For fabric, there are a lot of different fabric pens and chalks. I personally use the light blue Clover brand quilting pen that disappears with water for light fabrics, and a piece of white tailor’s chalk for dark fabrics (or a pin. Or I don’t even mark). I don’t like the purple one that disappears with air because I have a tendency of putting down projects and picking them back up days later. I have this one chalk pencil that acts like a mechanical pencil and has chalk refills. It’s pretty bomb, and I think it was fairly inexpensive.
One of my friends likes the Pilot Frixion pens. They erase on paper and if you use them on fabric and hit it with a hair dryer, the markings will disappear. I haven’t tried these out personally, so I can’t attest to how well they mark fabric (but pretty well from the looks of things).
I keep a lot of pens, markers and pencil lead around my cutting area for patterning and the like. I’m partial to mechanical pencils since I’ve been using them since I was in kindergarten (growing up in an Asian country kind of makes you a stationary snob, tbh). I’ve been through a few barrels, but I’ve been loving my Pentel STEIN (0.5mm) recently. It has a comfortable size and it’s all metal. I tend to lead towards 2B pencil lead because I’m fairly heavy handed and HB is just a bit too hard for newsprint and bristol board. Use whatever is comfortable, though!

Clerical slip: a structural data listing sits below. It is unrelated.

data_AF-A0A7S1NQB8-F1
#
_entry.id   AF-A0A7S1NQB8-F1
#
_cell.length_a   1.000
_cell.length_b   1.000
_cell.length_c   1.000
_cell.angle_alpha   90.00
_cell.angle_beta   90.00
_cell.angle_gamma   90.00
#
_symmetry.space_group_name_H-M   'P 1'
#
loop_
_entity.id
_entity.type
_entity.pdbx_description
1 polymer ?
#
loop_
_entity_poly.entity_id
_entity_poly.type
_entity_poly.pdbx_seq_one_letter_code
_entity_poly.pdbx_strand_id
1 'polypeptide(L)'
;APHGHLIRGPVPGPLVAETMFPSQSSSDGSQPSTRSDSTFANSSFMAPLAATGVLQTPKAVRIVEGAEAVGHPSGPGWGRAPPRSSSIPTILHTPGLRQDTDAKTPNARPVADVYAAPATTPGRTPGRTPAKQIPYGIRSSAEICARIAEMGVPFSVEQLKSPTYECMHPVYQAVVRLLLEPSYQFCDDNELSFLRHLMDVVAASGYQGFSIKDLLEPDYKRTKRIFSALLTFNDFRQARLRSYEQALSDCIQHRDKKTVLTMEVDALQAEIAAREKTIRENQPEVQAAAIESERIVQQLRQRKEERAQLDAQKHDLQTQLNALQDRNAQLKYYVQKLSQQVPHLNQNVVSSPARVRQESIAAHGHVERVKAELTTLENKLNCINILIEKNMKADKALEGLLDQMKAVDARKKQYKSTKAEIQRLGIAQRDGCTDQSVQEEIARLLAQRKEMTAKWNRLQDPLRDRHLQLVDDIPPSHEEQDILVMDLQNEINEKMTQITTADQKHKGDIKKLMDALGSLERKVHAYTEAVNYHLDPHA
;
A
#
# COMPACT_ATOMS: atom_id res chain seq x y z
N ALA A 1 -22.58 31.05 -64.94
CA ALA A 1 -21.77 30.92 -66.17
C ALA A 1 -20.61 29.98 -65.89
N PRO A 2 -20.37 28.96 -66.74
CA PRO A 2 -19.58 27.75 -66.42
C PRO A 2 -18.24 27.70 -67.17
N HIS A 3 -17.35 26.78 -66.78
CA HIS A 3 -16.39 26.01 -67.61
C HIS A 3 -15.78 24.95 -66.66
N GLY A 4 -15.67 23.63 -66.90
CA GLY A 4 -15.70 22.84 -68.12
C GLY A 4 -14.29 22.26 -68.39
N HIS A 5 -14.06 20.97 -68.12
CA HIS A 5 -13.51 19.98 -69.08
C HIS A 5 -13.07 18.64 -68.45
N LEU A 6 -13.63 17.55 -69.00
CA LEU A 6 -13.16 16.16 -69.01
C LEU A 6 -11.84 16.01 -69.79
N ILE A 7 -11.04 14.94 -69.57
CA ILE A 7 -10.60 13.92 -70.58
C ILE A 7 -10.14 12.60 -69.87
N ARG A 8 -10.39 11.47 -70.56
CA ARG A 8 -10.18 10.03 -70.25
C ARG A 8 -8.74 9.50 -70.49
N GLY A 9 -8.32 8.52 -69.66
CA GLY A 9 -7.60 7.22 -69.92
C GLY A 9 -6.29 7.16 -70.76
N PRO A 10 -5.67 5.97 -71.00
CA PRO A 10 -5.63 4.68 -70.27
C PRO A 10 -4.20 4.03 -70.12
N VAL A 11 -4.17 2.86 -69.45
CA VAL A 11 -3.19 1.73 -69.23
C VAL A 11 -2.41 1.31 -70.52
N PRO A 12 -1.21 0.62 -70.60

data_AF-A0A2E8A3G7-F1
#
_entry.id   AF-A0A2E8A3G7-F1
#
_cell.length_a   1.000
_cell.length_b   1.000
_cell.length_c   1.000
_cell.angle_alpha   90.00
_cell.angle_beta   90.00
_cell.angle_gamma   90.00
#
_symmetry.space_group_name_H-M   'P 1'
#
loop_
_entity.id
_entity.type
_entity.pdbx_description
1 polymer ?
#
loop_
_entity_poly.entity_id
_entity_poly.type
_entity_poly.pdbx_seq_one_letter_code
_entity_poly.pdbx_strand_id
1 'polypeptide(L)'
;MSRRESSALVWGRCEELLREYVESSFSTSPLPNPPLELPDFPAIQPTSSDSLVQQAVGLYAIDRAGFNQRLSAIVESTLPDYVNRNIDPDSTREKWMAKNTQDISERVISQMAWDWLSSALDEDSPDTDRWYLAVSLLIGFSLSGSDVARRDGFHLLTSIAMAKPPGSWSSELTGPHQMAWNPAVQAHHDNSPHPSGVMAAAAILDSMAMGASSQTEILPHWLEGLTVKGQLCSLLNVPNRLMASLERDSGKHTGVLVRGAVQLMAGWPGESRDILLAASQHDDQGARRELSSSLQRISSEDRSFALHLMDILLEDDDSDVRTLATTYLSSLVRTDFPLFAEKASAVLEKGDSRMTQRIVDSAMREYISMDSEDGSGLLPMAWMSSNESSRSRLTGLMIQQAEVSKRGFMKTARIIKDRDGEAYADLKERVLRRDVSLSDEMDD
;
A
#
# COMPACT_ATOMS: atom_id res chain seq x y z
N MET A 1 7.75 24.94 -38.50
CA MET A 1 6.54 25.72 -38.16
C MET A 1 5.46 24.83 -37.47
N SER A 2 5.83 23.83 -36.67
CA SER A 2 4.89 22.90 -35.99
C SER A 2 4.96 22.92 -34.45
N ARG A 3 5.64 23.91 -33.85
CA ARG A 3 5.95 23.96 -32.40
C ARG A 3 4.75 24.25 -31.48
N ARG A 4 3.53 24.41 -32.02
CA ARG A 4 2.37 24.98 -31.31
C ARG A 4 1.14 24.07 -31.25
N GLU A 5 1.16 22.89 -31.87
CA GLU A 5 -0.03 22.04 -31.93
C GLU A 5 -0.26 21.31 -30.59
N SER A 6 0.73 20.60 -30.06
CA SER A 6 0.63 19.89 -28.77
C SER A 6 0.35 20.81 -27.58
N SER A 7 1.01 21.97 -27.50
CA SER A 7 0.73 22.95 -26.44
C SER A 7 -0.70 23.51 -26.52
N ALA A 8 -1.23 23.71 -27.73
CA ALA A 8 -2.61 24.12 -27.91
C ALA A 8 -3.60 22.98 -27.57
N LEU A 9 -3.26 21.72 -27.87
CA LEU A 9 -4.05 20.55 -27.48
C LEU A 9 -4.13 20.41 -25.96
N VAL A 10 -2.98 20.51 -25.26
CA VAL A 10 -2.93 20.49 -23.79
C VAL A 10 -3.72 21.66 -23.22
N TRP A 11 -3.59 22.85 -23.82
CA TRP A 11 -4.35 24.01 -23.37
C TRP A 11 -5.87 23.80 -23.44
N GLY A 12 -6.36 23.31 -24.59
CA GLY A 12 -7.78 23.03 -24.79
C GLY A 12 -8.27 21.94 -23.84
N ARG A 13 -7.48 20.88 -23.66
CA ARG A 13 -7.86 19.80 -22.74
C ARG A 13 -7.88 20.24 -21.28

A ruler is a ruler, right?
I have seven or eight different rulers, a bunch of french curves and I’m pretty sure I’m missing some… you can never have too many straight edges.
I love using quilting rulers; they make cutting bias strips super fast, the grid makes pattern making super easy and they’re sturdy. I have four omnigrids in different sizes, but anything that’s clear with the markings will work. I reach for these all the time.
If you’re serious and want to get into pattern making, invest in a set of pattern making rulers or a good set of french curves. Some brands have different hip curves, and unfortunately the one I had to get for school doesn’t work so hot for my body shape. You can find a few sets off of google by typing in “pattern making rulers” into the search bar.
(I still use my quilting rulers as my straight edge)
Paper (Patternmaking and the like)
Here’s a tip: go to your local art store, like Blick or Meininger’s or Pearl Art, and get a roll of tracing paper. Or order it online. This stuff is indispensable if you’re thrifty and want to save your pattern pieces.
Hit the pattern tissue with your favorite iron to flatten out the fold marks, trace off your pattern pieces with the tracing paper and a sharpie, and modify to your heart’s content. That way, if you lose a few inches, you can use the pattern again, or you can modify the tracing paper pattern to accommodate some extra girth. You can even save your modified versions for use later on.
I also keep newsprint (great for patterning armor pieces, too!) and bristol board on hand. Bristol is a decent alternative to oaktag, but it doesn’t work so hot for large pattern pieces. Butcher paper or brown is fantastic for those huge skirt pieces since it’s inexpensive and you can get them in large rolls.
(I also keep a lot of spare large envelops around to store my pattern pieces)
Needles and Pins